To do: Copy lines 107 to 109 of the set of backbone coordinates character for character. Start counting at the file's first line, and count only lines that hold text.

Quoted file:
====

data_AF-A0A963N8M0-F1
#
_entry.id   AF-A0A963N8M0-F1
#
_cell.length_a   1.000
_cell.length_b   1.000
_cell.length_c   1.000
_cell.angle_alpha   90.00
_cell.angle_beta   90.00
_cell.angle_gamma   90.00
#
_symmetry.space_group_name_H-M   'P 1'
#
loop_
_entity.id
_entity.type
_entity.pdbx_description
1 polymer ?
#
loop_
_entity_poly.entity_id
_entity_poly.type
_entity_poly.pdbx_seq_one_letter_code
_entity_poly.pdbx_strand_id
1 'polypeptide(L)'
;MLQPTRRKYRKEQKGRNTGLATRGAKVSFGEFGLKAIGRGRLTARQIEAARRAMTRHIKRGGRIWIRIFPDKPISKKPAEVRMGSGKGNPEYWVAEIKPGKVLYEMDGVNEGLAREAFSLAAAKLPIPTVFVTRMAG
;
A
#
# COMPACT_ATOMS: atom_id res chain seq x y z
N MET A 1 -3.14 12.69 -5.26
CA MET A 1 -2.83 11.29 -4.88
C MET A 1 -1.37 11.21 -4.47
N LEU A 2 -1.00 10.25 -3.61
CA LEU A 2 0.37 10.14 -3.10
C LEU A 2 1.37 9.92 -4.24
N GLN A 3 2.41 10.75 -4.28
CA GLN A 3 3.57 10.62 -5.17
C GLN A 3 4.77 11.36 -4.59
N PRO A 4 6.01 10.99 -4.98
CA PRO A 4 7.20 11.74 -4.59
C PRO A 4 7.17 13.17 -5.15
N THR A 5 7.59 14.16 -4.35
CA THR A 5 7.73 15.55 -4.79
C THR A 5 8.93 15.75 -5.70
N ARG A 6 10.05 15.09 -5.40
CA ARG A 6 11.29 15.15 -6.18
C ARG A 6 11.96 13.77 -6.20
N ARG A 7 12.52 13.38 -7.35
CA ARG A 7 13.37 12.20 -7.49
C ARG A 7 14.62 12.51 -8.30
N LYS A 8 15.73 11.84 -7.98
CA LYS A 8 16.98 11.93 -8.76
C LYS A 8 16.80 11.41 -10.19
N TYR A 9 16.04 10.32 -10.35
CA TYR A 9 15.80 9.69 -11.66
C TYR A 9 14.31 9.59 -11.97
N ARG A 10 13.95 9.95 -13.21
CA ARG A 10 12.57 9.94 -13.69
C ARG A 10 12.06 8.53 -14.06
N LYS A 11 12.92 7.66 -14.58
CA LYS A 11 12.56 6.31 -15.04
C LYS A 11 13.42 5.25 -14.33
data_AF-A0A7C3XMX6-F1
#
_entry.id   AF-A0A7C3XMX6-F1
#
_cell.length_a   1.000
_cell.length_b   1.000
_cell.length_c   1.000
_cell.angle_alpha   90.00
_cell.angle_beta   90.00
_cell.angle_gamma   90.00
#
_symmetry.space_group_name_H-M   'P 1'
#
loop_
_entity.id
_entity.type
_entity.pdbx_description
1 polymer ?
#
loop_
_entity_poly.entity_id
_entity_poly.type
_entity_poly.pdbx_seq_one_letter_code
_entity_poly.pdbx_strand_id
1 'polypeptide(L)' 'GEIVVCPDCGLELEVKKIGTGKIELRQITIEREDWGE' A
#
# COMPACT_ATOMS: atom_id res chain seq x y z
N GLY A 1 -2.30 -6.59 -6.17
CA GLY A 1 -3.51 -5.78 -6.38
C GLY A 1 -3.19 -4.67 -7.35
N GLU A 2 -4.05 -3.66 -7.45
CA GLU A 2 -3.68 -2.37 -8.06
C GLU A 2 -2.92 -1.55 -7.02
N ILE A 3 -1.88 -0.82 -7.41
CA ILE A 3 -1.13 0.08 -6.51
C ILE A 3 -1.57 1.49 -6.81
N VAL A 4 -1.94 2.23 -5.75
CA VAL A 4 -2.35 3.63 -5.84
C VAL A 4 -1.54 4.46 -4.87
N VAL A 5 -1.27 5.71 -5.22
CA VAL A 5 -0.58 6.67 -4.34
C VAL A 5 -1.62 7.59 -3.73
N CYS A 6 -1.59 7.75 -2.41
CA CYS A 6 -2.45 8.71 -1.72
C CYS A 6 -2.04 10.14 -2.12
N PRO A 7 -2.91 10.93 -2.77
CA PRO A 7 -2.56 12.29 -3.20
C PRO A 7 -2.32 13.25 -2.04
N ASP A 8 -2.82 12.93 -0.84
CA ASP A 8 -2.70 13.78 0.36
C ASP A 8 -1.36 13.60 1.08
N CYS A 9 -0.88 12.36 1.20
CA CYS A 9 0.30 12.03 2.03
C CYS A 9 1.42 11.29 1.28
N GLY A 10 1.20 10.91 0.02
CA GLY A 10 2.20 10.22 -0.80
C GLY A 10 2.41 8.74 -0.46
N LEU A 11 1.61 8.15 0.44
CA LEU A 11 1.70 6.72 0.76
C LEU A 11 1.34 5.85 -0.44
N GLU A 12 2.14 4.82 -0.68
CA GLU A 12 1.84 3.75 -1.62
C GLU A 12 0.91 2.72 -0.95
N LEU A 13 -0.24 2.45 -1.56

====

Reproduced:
CA CYS A 6 -2.45 8.71 -1.72
C CYS A 6 -2.04 10.14 -2.12
N PRO A 7 -2.91 10.93 -2.77